Views changed on the big screens to show camera views of the outside of the ships. Nothing was rising up from the waves to attack the ships.
Instead, screaming, rocket-powered blobs of green-gray flesh were flitting out of the sky. Some of them had already dropped down to hover over the decks of the ships.
"Scramble fighters and get me every scrap of information we have on these bogeys. Begin jamming all known ASTRAL LARK frequencies." She kept her face impassive as her heart pounded.
"Estimate their mass at fifty kilograms," Lieutenant Cortes quickly said. "Some kind of rocket-powered missile or drone, ma'am. They're fast, they're maneuverable, and it looks like some of them are just circling around. Surveillance, ma'am?"
Their movements were sudden, disconcerting, and precise. They moved like they were being held on the end of a long stick by a performer with incredible hand-eye coordination. They would slow to a stop almost instantly in the air, then rip away through the air with terrible acceleration.
Sailors moved to cover. Some used their firearms, firing at the things when they drew near, but the flame-emitting blobs were too small and fast to hit reliably. Their motions were impossible to predict.
Shyamala watched in horror from another angle as one of the things dropped into the air above several sailors and... detonated? No. The thing flew away after emitting the burst of red smoke.
She felt a mix of relief, confusion, and building dread as the sailors emerged from the cloud, apparently unharmed.
They were all coated in a fine red dust, like they had been dusted with a coating of rust.
The other ASTRAL LARK drones were doing the same thing. They weren't attacking directly; they were exposing her sailors to... whatever that was.
One of the sailors managed to take one of the things down. It fell into the water. The sailors' morale visibly improved as they drew down on the targets and took more of them out.
More of the things got close enough to emit the red dust and expose more of them, though.
"Get all sailors belowdecks," Shyamala ordered. "All crew exposed to that stuff will be subject to full CBRN decontamination and a fourteen day quarantine. Get me samples of that red stuff."
Shyamala forced herself to let go of the railing and stand straighter. "Where are those fighters?"
The jet fighters took to the air at her command, circling to engage with the highly maneuverable things.
"This is Kraken four. Engaging hostiles." The radio transmission crackled over speakers in the control room.
The jet came in for a low and slow strafing run, lining up a shot at one of the flying blobs that seemed to move less unpredictably.
"Kraken four, you've got one on your tail," another voice came over the tinny radio connection.
"I see him. Hold on."
The nose of the fighter plane rose sharply and its fuselage strained under the force of the hard turn. In seconds, the evasive maneuver was completed. Few human pilots or automated missile systems could match that turn.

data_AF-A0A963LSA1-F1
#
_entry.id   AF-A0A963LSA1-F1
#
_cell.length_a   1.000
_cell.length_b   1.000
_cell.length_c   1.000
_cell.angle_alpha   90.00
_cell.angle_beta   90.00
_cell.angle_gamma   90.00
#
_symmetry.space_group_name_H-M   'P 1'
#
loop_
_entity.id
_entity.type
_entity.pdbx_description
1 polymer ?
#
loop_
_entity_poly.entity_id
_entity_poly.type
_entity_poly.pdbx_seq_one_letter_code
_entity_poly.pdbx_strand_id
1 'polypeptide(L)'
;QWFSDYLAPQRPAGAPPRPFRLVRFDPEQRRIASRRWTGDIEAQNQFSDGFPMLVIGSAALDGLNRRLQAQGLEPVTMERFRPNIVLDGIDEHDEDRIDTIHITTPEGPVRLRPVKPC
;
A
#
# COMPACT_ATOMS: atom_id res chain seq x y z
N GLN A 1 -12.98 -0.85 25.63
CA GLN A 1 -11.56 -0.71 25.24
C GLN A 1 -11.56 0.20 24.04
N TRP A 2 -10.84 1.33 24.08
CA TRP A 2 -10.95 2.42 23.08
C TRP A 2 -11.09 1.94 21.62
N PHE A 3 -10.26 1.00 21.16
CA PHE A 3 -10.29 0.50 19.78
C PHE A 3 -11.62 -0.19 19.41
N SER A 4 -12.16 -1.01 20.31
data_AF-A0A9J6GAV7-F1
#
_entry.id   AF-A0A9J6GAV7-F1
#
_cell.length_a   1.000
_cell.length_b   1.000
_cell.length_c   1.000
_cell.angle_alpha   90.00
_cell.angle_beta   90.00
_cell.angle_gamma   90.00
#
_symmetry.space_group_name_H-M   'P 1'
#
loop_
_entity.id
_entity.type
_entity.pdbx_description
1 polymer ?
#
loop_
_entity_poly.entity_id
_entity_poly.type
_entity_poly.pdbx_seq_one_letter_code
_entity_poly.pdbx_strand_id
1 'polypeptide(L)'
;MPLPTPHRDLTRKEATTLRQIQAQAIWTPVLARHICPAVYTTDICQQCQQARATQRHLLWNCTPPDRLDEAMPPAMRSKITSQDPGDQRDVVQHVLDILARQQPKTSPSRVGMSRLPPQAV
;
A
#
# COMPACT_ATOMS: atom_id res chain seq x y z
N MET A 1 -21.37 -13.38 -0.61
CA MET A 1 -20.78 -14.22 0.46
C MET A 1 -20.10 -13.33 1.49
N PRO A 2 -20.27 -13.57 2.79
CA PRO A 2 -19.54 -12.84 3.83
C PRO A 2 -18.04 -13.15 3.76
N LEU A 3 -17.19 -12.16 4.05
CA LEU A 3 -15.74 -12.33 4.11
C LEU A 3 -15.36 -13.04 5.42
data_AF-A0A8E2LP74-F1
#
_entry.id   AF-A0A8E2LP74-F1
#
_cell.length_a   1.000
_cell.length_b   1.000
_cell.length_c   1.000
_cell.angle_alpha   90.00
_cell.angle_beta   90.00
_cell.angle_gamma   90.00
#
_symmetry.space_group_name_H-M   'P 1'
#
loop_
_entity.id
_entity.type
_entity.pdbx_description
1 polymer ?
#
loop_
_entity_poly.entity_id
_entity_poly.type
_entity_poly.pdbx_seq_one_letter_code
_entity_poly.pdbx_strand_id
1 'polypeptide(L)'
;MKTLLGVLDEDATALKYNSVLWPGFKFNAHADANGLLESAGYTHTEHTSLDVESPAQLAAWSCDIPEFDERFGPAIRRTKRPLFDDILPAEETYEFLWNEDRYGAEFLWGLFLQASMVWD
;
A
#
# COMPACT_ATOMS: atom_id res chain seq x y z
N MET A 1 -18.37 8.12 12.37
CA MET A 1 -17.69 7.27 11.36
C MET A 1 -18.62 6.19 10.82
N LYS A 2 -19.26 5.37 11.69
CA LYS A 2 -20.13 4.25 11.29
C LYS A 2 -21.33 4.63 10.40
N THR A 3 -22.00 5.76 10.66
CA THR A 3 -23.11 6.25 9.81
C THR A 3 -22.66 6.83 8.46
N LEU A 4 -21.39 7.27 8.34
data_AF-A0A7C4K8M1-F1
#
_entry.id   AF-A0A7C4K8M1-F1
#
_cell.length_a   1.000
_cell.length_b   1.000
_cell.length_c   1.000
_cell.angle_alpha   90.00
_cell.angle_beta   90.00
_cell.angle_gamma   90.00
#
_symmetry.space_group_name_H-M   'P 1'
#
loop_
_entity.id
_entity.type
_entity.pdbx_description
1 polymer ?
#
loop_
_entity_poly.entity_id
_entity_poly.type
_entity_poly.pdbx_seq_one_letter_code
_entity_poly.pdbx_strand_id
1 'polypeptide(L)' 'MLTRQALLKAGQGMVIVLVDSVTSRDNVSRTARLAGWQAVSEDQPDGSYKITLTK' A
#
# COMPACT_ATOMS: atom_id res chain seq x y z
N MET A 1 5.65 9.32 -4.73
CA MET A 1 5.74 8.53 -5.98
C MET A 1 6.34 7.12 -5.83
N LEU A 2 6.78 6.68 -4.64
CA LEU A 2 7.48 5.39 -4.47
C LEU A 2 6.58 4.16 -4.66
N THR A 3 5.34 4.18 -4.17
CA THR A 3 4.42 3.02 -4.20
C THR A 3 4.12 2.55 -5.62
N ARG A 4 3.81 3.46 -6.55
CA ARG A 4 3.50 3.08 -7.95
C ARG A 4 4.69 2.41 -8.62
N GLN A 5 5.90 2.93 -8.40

The thing following changed directions in less time than the plane did. Its lower mass, momentum, and greater resistance to gee forces let it turn so sharply it began drawing within a hundred feet of the fighter jet.
"He's right on top of me," Kraken four drawled. "Gosh, he's an ugly son of
"Kraken four, you've got another one! Make that two bogeys closing at seven and three o' clock!"
"All right, let's see 'em do this," the pilot's strained voice came over the radio.
The nose pulled up hard and the plane flew directly up.
The blobs stayed within feet of the jet fighter.
Then, sparks began to jump from the fighter's fuselage.
The plane's thrusters fired and it wobbled in the air as the pilot began to lose control.
"Think they're causing some serious damage up here, Omicron Actual. Starting to feel pretty hot in here and systems are shorting out all over. Preparing to eject."
The shapeless things tore a piece of a wing off.
There was a puff of smoke as explosive bolts blew the canopy off the top of the jet fighter and the pilot's ejection seat mechanism launched him clear of the ill-fated aircraft.
Shyamala opened her mouth to order his immediate retrieval, then closed it.
A remote-operated camera aboard one of the ships had been pointed to track the ejecting pilot, whose parachute had deployed as designed and who was now lazily descending toward the water.
Three of the flying ASTRAL LARK forms hovered alongside the parachute. Shyamala saw something reach out.
They pulled the man out of his ejection seat with fleshy pseudopods, hovering like rocket-powered hummingbirds.
Seconds later, the three things, having melded together around the man's body, sped off into the setting sun.
"Track that thing," Shyamala ordered. "Can we pursue?"
Cortes's fingers danced across keys as he digested the information available from the ships' instruments.
"Negative, ma'am. It just fell off radar and we don't have a visual."
Shyamala stood silently for a long moment.
"All vessels are ordered to disengage." Shyamala's mouth was dry.
"Pull them out now. All of them."
She stepped back. "I've got a call to make to the Joint Chiefs. I want Dr. Carruth ready to present her initial thoughts and analysis as soon as I'm done getting chewed out."
She wanted to go grab Dr. Carruth now and make her explain in words not exceeding three syllables exactly what was happening.
That thing had smart, maneuverable flying drones that were basically missiles now. It hadn't had those before. It would have used them.
Worse, it wasn't using them for anything so straightforward as killing. What had it done to interfere with that fighter's avionics? It had taken that pilot after he'd ejected. Why?
Her stomach roiled as she thought of the abducted man and the people who had been exposed. She wanted to talk to the scientists, get the answers now.
Instead, she strode off to call a senator and make a report to the Joint Chiefs of Staff.Previous Next